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How to Vote if You’ve Recently Moved

All you need to know about voting with a new address.


By Sophie Partridge-Hicks, Global Citizen


When you move to a new town, city, or state, there’s a lot to do: pack and unpack your belongings, call your local utility companies, and get yourself acquainted with your new neighborhood.

In the midst of all this activity, it can be easy to overlook your voter registration status. Whenever you permanently move, you need to update your registration to ensure you’re eligible to vote in elections.

If you recently moved and are not sure about which address to use on your voter registration form, or how to find the right information, HeadCount has all the answers to help you register to vote.



I just moved. What should I do?

In some states, you can register to vote and update your status right away, but other states have restrictions that require you to have lived in the state for 30 days before you can register. You can check the different state guidelines on residency here, to make sure you’re prepared.

In most cases, you will need to note that you have changed your address on your voter registration form. State forms will ask for your previously registered voting address. Federal forms have a section related to address changes. Look out for these sections and fill them out with your new information.

You should also check the voter registration deadlines in your state to make sure you give yourself enough time before any elections.


What if I move around a lot?

If you are someone who is always on the move, the best thing to do is to register now with your current mailing address.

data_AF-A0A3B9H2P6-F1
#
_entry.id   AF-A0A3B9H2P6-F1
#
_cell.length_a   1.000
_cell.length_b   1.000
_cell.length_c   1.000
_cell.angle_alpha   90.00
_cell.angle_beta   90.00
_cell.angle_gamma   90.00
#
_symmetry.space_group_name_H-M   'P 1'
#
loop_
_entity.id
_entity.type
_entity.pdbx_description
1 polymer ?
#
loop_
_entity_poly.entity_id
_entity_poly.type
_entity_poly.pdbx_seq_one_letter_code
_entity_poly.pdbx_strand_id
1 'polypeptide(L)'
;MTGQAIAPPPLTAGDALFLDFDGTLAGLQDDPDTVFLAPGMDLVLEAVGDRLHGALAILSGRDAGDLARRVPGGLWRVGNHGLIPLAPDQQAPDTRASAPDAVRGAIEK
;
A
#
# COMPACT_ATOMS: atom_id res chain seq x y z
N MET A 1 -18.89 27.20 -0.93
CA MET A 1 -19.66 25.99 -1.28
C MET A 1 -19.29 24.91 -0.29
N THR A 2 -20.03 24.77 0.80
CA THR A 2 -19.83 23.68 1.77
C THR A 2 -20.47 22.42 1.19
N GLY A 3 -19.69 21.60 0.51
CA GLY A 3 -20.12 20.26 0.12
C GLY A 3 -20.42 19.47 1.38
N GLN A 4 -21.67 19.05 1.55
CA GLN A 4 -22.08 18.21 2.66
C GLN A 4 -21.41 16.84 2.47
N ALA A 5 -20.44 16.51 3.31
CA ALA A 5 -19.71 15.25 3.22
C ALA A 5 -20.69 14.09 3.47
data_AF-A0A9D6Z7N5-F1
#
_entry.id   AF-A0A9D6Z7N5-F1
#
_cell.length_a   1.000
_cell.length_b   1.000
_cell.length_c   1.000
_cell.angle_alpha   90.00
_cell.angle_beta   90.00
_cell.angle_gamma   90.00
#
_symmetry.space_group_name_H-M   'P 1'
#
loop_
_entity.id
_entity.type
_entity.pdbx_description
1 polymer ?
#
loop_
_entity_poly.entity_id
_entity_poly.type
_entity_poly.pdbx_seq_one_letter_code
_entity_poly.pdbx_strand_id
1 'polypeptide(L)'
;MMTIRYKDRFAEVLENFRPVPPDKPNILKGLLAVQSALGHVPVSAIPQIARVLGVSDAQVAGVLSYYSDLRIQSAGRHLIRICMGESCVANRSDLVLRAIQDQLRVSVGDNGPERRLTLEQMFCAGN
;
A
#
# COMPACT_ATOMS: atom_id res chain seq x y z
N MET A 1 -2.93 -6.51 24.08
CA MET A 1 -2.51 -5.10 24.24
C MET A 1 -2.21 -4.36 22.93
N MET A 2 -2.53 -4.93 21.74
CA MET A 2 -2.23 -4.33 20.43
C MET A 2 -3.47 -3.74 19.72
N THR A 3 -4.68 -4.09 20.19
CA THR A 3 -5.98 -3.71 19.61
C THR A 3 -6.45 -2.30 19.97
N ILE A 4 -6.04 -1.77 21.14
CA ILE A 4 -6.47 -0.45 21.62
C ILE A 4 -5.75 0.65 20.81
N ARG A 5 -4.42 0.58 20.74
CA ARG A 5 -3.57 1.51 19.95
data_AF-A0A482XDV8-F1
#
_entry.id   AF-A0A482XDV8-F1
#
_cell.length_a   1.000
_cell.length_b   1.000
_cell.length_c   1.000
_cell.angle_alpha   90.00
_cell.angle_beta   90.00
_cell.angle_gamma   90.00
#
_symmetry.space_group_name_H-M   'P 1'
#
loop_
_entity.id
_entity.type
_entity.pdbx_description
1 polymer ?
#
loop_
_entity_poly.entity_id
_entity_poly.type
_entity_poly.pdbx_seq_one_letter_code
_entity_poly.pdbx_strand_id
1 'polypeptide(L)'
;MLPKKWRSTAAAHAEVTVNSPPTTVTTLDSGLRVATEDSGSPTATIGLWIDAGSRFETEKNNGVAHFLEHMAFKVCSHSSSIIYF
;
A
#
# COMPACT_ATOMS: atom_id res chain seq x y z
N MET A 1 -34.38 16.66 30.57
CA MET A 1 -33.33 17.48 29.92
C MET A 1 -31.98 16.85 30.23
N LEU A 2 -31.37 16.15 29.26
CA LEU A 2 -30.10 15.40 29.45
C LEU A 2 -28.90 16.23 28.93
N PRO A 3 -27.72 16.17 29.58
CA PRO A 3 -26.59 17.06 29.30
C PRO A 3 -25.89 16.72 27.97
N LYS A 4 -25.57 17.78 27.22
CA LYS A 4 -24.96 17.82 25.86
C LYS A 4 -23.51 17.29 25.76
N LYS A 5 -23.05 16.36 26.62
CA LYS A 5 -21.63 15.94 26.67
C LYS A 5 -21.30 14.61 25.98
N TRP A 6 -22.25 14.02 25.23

If you’re not sure where you’ll be for the election, you should also register with your current address.


Can I vote without an in-state driver’s license?

If you just moved to a new state, you probably do not have an in-state driver’s license yet, but you can still vote if you have an address in that state. You should check the specific voting guidelines for the state where you want to vote — find more details at the HeadCount Voter Info Hub.

You do not need a license to vote in some states, and there are alternative ways to prove your eligibility. Since you should never vote with an out-of-state ID, you should use the last four digits of your social security number instead. However, in Hawaii, Kentucky, New Mexico, South Carolina, Tennessee, and Virginia, you'll need to provide your full social security number.


What if I have US citizenship but live abroad?

You can still vote! The Overseas Vote Foundation has a lot of information about voting when you live outside the US.

You should register with the last permanent address you had in the US before you moved if you are planning on returning to that address. You will have to prove that you are planning on living there again, so you will need to show either your vehicle registration, driver’s license, proof of family in the area, or that you own property in the area.

Even if you have never had a permanent address in the US, you can still vote. You can use the address where you are planning to move. If you are not planning on returning, you can also use an address where you have family currently living.




This commentary is provided for information purposes only and should not be construed as an offer or solicitation of an offer to buy or sell any product or service. Unless otherwise stated, all information and opinion contained in this publication were produced by Newday Funds, Inc. (“Newday”) and other sources believed by Newday to be accurate and reliable. Due to rapidly changing market conditions and the complexity of investment decisions, supplemental information and other sources may be required to make informed investment decisions based on your individual investment objectives and suitability specifications. All expressions of opinions of the financial markets, general investment strategy, or particular investments or recommendations to clients are subject to change without notice. Investors should seek financial advice regarding the appropriateness of investing in any security or investment strategy discussed or recommended in this report and should understand that statements regarding future prospects may not be realized. Past performance does not guarantee future performance.





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